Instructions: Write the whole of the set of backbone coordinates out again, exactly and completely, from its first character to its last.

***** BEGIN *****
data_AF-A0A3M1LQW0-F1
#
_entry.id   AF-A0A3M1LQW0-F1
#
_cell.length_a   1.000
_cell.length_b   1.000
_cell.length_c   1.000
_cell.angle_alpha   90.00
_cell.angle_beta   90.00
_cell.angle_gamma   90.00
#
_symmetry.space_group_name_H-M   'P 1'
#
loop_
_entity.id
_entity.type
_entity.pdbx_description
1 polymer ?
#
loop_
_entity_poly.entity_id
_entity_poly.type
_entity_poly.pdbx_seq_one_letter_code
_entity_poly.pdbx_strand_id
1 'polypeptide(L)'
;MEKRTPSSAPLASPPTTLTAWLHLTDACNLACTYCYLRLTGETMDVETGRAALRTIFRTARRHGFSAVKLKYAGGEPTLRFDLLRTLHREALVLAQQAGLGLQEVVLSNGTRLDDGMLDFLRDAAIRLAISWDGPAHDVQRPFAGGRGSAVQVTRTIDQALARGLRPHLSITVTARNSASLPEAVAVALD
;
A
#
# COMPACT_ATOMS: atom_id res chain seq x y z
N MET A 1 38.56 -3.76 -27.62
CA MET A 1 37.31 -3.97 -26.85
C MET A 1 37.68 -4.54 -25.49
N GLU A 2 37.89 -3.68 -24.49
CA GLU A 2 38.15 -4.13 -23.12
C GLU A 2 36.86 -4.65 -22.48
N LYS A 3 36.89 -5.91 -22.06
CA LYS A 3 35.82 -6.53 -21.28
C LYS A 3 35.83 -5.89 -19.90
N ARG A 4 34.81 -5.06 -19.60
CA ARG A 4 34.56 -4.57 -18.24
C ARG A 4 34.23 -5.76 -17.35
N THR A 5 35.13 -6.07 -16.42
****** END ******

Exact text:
data_AF-A0A3M1LQW0-F1
#
_entry.id   AF-A0A3M1LQW0-F1
#
_cell.length_a   1.000
_cell.length_b   1.000
_cell.length_c   1.000
_cell.angle_alpha   90.00
_cell.angle_beta   90.00
_cell.angle_gamma   90.00
#
_symmetry.space_group_name_H-M   'P 1'
#
loop_
_entity.id
_entity.type
_entity.pdbx_description
1 polymer ?
#
loop_
_entity_poly.entity_id
_entity_poly.type
_entity_poly.pdbx_seq_one_letter_code
_entity_poly.pdbx_strand_id
1 'polypeptide(L)'
;MEKRTPSSAPLASPPTTLTAWLHLTDACNLACTYCYLRLTGETMDVETGRAALRTIFRTARRHGFSAVKLKYAGGEPTLRFDLLRTLHREALVLAQQAGLGLQEVVLSNGTRLDDGMLDFLRDAAIRLAISWDGPAHDVQRPFAGGRGSAVQVTRTIDQALARGLRPHLSITVTARNSASLPEAVAVALD
;
A
#
# COMPACT_ATOMS: atom_id res chain seq x y z
N MET A 1 38.56 -3.76 -27.62
CA MET A 1 37.31 -3.97 -26.85
C MET A 1 37.68 -4.54 -25.49
N GLU A 2 37.89 -3.68 -24.49
CA GLU A 2 38.15 -4.13 -23.12
C GLU A 2 36.86 -4.65 -22.48
N LYS A 3 36.89 -5.91 -22.06
CA LYS A 3 35.82 -6.53 -21.28
C LYS A 3 35.83 -5.89 -19.90
N ARG A 4 34.81 -5.06 -19.60
CA ARG A 4 34.56 -4.57 -18.24
C ARG A 4 34.23 -5.76 -17.35
N THR A 5 35.13 -6.07 -16.42